Mentoring

Mentoring

Understanding & Considering the Interpersonal Traits of successful Physician Leaders

As a physician mentor, I can tell you that knowing their why is far from the only hire-worthy trait the right candidate should possess. There are others that the selection committee should underscore as well, such as the following:

Connectedness. The ideal candidate is connected to their original purpose that drove their decision to pursue a career medicine. They know the strengths that make them the right person for the job and the areas where they need support and training.

Vision. The right leader has a big-picture vision and can articulate it compellingly, with passion and verve. They begin with the end goals in view and know what steps to take to get there.

Hands-on. The ideal person isn’t afraid to get their hands dirty to understand better the roles of everyone who would report up to them. They step into other’s shoes to learn how they can help cultivate and motivate the workforce in efforts to build others and guide them to success.

Respect. The ideal candidate has a genuine and abiding respect for patients, colleagues, employees, and authority.

Kindness. An effective leader shows concern for everyone they encounter, from the receptionist to CEO.

Communication. It is imperative that a medical leader actively listens to others as well as articulates their messages clearly — equally important aspects of excellent communication.

Integrity. There is always honesty in their dealings and a demonstration of a strong moral tone in the organization.

Empathy. An effective medical leader not only sympathizes but also empathizes with others, always assuming the best until proven otherwise.

Compassion. A worthy physician leader cares about the “person behind the scrubs.”

Decisive (but not authoritarian). The leader invites conversation but knows how to respectfully convey a firm opinion.

Teacher-student. Medical director candidates should instinctively be teachers, but they also recognize that the best teachers are lifelong students. They are always willing to learn from those around them.

Servant leader. Your leader is a servant first who makes sure that other people’s highest priority needs are being met.

Problem solver. Ideal medical leaders can solve problems calmly and with composure even under extreme duress and pressure. They acknowledge and emanate the infamous saying, “when the going gets tough, the tough get going.”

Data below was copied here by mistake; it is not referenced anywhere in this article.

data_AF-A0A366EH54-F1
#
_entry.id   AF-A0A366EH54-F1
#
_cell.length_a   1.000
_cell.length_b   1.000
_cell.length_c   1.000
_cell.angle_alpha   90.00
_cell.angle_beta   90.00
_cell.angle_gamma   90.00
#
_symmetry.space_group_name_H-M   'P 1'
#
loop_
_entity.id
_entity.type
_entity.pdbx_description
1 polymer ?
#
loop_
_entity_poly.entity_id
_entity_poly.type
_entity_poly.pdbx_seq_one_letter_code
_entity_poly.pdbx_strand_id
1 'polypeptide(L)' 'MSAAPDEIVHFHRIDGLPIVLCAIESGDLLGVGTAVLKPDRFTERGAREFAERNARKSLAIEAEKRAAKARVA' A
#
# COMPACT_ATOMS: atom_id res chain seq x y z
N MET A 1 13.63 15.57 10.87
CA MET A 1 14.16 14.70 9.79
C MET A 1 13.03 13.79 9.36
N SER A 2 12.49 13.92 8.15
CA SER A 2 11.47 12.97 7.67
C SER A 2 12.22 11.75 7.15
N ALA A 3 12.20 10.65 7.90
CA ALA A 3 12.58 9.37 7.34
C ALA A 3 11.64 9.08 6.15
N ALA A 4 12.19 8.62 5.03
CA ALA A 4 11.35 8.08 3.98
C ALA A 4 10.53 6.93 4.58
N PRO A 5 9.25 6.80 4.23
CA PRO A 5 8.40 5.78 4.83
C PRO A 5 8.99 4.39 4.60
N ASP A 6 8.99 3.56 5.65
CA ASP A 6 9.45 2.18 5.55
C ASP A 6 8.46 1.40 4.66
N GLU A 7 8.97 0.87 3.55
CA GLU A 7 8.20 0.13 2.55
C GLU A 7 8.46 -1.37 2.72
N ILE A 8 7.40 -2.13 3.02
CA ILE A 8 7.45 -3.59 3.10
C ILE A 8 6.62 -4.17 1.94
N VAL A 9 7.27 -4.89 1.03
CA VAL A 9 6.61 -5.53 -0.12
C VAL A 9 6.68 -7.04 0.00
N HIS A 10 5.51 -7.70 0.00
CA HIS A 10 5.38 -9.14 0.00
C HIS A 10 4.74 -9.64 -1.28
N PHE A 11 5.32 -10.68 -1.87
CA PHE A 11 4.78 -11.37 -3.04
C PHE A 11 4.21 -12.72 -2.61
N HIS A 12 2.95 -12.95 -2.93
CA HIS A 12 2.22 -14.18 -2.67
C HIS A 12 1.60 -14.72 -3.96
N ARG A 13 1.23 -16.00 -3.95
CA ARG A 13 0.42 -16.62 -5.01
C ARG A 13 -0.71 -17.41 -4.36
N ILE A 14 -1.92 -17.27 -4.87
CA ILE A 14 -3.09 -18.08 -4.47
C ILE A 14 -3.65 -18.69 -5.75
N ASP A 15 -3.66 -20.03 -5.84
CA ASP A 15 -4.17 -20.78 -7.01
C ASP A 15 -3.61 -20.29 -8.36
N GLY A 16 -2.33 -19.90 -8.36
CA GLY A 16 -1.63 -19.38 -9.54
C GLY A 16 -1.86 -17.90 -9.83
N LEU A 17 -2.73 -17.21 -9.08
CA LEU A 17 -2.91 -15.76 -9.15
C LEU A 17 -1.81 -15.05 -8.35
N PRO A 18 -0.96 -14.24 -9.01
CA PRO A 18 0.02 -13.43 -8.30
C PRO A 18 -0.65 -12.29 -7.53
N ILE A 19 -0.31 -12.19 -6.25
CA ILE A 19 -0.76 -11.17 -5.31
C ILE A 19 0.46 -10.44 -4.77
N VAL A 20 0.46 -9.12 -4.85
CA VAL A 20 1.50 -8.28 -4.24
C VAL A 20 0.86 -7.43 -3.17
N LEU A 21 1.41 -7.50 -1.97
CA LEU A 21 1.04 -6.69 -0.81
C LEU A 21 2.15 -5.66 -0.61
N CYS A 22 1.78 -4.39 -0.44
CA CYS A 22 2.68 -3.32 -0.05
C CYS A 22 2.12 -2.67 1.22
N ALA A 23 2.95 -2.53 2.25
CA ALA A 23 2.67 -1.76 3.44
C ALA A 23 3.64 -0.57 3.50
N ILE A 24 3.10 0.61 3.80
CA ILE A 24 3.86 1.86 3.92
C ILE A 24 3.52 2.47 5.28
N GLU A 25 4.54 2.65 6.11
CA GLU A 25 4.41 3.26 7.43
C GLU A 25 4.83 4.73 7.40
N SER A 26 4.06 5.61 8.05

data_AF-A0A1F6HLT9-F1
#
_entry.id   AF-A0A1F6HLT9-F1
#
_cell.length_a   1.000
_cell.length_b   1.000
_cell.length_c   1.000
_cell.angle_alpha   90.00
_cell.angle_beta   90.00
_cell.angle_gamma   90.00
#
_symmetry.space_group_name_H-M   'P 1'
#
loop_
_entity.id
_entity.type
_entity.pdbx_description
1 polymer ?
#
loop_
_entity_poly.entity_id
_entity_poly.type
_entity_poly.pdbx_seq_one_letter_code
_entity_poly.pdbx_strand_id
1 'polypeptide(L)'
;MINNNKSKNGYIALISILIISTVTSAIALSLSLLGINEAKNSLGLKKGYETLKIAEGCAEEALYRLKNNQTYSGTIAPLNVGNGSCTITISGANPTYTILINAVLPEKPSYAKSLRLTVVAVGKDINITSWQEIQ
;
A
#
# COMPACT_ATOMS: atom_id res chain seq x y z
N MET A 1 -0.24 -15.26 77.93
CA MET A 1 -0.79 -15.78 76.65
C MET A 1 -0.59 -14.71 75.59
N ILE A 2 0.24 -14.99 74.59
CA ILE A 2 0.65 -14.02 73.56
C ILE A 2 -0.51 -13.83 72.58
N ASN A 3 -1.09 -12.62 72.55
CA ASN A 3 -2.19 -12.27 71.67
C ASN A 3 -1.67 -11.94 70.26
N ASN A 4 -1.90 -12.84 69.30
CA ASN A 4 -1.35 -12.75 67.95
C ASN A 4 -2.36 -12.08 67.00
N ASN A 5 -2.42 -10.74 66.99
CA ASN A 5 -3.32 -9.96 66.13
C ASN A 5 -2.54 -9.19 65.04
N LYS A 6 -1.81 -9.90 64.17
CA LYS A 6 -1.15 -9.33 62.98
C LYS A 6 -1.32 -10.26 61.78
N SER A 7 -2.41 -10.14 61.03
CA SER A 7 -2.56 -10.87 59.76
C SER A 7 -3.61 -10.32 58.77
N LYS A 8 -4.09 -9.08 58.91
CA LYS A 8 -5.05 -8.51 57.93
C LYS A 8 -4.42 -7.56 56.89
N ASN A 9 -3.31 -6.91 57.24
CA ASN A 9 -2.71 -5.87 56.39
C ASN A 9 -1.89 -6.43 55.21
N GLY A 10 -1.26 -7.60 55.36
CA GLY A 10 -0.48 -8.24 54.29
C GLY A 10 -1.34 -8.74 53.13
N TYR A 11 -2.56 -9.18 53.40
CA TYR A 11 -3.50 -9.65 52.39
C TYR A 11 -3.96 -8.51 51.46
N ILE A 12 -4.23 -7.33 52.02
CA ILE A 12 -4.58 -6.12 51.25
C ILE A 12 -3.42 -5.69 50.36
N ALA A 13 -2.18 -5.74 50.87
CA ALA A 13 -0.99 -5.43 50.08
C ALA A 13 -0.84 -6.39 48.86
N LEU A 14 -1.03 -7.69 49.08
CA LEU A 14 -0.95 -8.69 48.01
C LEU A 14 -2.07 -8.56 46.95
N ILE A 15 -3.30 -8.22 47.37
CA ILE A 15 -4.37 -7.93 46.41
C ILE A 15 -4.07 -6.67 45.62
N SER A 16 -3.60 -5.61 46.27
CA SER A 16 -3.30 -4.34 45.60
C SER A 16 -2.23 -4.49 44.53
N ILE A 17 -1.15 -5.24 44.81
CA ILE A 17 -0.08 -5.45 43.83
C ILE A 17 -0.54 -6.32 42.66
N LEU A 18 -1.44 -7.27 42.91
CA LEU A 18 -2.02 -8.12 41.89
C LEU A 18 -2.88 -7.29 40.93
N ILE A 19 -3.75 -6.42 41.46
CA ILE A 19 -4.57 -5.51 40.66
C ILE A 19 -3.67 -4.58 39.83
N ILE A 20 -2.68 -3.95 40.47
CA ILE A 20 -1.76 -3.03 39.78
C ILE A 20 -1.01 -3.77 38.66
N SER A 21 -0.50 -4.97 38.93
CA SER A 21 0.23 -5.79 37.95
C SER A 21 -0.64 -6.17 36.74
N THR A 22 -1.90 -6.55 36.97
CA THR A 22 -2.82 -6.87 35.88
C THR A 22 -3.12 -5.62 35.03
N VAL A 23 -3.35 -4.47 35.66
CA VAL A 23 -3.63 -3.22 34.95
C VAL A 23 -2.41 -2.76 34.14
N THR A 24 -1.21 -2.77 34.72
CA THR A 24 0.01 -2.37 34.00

Culture builder. The best medical directors know how to create a patient-service oriented culture while encouraging collaboration between clinical and non-clinical staff through shared objectives.

Creativity cultivator. Pursue a physician leader who also establishes a culture where creativity and innovation are cultivated and rewarded.

Facilitator. This individual appreciates various perspectives, approaches problems from many angles, and brings diverse voices into a room to help tackle an issue or capitalize on an opportunity.

Motivator. Find that person who knows how to motivate people into action without sending them into a flurry.

Proactive. An outstanding medical director is agile, dynamic, productive, and organized — but one who is human at the same time—not a machine.

Wisdom. Go beyond “smart” and look for someone who is also wise — a person who can handle uncertainty without anxiety. This person knows when to “sleep on it” and wait for the right time to make crucial decisions.

Conclusion

Medical training, experience, and clinical skill notwithstanding are all necessary traits. However, perhaps the most essential factor to consider in recruiting and choosing your physician leader, especially in telemedicine, is character.

Why?

We operate in a virtual world, where PTO is unlimited, the staff is judged by their work product and timely deliverables, compared to tracking productivity between the traditional hours of 9 to 5. The average regional medical director works from home and often will fly to the client rather than sit in an office and delegate to support staff.

Trust must be established.

Establishing mutual trust between the organization and physician leadership is essential in telemedicine today. That said, well-rounded telemedicine physician leaders are disciplined, direct, mobile, accessible, tech-savvy, self-starting, committed to healthy life choices, educators and mentors by nature, physician advocates, risk conscientious, passionate about patient care, respected by their peers, have a firm grasp of patient logistics, and aspire to inspire the world around them. The ideal physician leader is not motivated primarily for the money or the fame but for the sheer satisfaction of knowing they contributed to a higher purpose.

Your future physician leader is a team captain or coach. One who leads their team of physicians towards victory via coaching, mentoring, team building, continuous medical education, and community building.

Ultimately, the demonstration that millions of dollars spent on the development of clinical guidelines, training portals, workflows, legal fees, support staff, staff turnover, project managers, and work plans are only successfully implemented and eventually profitable if the optimal physician leader was selected to lead that charge.

Quotes:

“Show me your physician leader and I will show you what kind of health care organization you are.” Surveyor-Auditor

“Don’t judge a physician leader by their CV and a few strategic references.” CMO

The Physician Unicorn

Your Physician Leader is someone who knows their why, exhibits concern for others, and will look out for the welfare of their staff, while responsibly, maintaining the best interest for all parties. Yet is unafraid to make tough, unpopular decisions when necessary or financially responsible. They often lead by example and possess the characteristics of a well-disciplined athlete or coach.

PARTNER WITH SHAWN COLE MD TO UNLOCK YOUR HIDDEN POTENTIAL.